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A Thailand Court has freed 2 prominent Thai activists after they were arrested last month for their roles in anti-government rallies. They were released on Monday after spending five days in prison for bail breaches.
Human Rights lawyer Anon Nampa, 36, and student activist Panupong Jadnok, 24, were sent to a Bangkok remand prison last week. A court ruled their recent political activities were against their bail conditions.
But police from the precinct that initially arrested the pair revoked the detention request. Saying an investigation into their conduct while on bail showed there was no need to hold them. A Criminal Court statement said on Monday, the court considered this and issued an order for their release.
Both have participated in near-daily protests in the past two months to demand the military steps back from politics and the removal of Prime Minister Prayut Chan-o-cha, who first came to power in a 2014 coup.
Mr Prayut last month begged protesters “not to create chaos”and said problems can he solved together.
Both anti-government activists face multiple charges
Panupong and Anon have been arrested several times and were among more than a dozen protesters charged recently with inciting unrest and breaching covid-19 regulations banning gatherings.
“This is a good lesson to those wielding powers in this country that their use of power must be just,” Anon told Asia One. Asked if he was concerned about mounting cases against him, Anon said: “Not at all. To catch a fish it’s normal to get wet”.
Panupong said their fight would continue. “They can only lock us up physically but they cannot lock out our ideals and our fighting spirit,” he said. Anon is also among several activists who made a bold public call for reform of the monarchy, until recently a taboo issue in Thailand.
A student group plans a major protest on Sept 19 and Anon said he and Panupong “will certainly participate”.
Amnesty International Launches Campaign Against Thai Government
Thailand’s military backed government has issued statements in response to a campaign launched by Amnesty International. The Foreign Ministry and Royal Thai Police Office both made independent statements.
London-based rights organization urges more than 8 million people who are its members, supporters and democracy activists around the world to write to Thailand’s Prime Minister. Asking him to drop charges against the 31 protest leaders of the July 18 demonstration at the Democracy Monument in Bangkok. Also to stop obstructing people from taking part in public gatherings to criticize his government.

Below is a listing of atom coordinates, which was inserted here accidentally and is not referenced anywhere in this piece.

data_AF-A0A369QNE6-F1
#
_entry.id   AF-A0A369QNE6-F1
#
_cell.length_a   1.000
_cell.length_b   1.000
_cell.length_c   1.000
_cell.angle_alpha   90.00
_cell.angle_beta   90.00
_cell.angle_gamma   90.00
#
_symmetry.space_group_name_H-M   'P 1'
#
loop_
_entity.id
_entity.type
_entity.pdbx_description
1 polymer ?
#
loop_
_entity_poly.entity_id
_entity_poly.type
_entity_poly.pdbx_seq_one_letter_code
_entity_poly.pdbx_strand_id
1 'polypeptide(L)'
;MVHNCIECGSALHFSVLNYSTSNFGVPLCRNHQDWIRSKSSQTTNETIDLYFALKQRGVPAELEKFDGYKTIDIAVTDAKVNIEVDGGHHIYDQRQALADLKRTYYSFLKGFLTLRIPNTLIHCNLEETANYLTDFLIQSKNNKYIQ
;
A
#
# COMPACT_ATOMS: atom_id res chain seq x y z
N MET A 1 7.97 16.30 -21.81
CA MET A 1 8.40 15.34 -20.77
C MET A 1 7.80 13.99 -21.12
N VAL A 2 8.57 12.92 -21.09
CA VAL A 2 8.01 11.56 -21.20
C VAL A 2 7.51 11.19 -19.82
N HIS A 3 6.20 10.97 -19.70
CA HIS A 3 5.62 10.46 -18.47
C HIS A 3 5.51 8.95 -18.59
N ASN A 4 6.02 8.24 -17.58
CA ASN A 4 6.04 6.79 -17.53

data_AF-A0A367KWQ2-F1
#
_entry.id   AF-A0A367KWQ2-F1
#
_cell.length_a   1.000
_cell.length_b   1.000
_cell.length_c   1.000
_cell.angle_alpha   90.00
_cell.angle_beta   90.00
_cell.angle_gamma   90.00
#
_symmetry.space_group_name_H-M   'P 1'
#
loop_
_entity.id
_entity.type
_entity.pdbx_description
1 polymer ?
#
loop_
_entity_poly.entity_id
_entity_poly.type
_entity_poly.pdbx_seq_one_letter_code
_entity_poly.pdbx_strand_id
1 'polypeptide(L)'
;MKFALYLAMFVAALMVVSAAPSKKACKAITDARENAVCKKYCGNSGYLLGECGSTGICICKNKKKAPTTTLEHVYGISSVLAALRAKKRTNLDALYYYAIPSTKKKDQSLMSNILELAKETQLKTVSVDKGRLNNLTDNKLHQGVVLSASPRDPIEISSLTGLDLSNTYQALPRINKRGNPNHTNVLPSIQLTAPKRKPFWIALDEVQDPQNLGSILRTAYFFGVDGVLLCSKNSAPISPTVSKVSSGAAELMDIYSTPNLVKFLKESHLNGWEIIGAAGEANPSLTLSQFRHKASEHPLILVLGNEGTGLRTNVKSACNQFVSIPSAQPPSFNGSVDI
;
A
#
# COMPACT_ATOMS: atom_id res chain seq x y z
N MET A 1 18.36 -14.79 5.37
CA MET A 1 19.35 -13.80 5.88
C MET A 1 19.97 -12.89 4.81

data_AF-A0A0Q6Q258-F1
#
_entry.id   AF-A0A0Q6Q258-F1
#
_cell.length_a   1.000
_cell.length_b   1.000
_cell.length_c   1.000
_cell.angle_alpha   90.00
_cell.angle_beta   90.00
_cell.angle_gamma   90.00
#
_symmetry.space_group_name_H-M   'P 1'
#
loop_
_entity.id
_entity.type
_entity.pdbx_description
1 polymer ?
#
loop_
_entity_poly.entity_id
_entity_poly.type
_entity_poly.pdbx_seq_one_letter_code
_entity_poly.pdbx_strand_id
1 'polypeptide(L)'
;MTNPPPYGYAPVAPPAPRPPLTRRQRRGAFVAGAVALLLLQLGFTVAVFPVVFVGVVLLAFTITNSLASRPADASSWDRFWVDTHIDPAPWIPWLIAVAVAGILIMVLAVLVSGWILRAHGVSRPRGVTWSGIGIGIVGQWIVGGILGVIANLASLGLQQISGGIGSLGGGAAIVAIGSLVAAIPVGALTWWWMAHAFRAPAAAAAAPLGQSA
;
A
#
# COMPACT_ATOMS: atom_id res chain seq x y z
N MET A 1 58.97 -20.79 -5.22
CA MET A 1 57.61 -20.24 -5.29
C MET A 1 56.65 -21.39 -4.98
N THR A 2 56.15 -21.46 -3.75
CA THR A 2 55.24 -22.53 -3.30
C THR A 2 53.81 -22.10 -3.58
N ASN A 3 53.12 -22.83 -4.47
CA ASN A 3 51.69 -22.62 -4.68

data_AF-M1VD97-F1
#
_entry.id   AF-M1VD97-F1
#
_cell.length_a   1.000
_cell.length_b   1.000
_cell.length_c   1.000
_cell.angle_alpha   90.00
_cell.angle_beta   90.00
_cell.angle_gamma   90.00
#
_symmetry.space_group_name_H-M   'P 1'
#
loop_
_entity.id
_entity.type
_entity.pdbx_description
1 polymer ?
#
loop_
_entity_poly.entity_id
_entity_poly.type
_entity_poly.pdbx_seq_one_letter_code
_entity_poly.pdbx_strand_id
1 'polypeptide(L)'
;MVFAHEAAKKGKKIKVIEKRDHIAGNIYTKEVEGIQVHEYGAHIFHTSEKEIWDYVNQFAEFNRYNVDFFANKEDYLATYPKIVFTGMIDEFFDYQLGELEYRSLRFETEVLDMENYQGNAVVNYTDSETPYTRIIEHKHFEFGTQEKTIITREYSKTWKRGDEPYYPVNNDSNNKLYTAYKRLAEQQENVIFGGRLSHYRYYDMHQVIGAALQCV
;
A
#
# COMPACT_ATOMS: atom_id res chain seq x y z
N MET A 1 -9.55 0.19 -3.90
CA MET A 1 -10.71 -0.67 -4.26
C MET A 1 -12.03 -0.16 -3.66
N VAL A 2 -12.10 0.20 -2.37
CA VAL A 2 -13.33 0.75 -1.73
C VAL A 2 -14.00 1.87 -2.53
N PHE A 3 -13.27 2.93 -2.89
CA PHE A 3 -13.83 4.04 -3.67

Amnesty International also asks the government to repeal laws it deems suppressing. Especially to people’s freedom of expression and right to peaceful gatherings. The Amnesty International campaign will continue until Oct 21.
The Prime Minister’s Office on Monday published two statements issued by the Foreign Ministry and Royal Thai Police Office (RTPO).
Amnesty International campaign refuted
The Foreign Ministry’s statement says the government has not blocked critics. During the past two months, students and people were allowed to hold several demonstrations. Furthermore their freedom of expression and right to peaceful gatherings wasn’t violated.
“However, in exercising such rights and liberties, demonstrators are required to comply with the laws. Also respect the rights and freedom of others for the sake of law and order; as well as national security; in line with the International Covenant on Civil and Political Rights (ICCPR) of which Thailand had signed.
The government is open to constructive criticisms which are not aggressive or insulting to other people.
The Royal Thai Police said in its statement that in monitoring the gatherings. Police have been careful to avoid any form of violence to ensure safety of the demonstrators and passers-by. Some of the demonstrators have been charged, without discrimination, for violating the laws.
However, they have the right to fight the charges in the justice process. Their fundamental human rights are respected in line with international standards. The Royal Thai Police adheres to the human rights principle regarding peaceful gatherings and expression.
As for the protest leaders who broke the law, the RTPO has set up a committee to look into the violations to make sure that legal action taken against them are lawful, transparent and accountable.
With solid evidence, the police investigators sought court approvals for their arrests. Most of those arrested were temporarily freed on bail. Only those who broke the bail conditions saw their temporary releases revoked.
“The RTPO assures that the legal action taken against the protest leaders is in line with the Criminal Procedures Code and other related laws,” says the statement.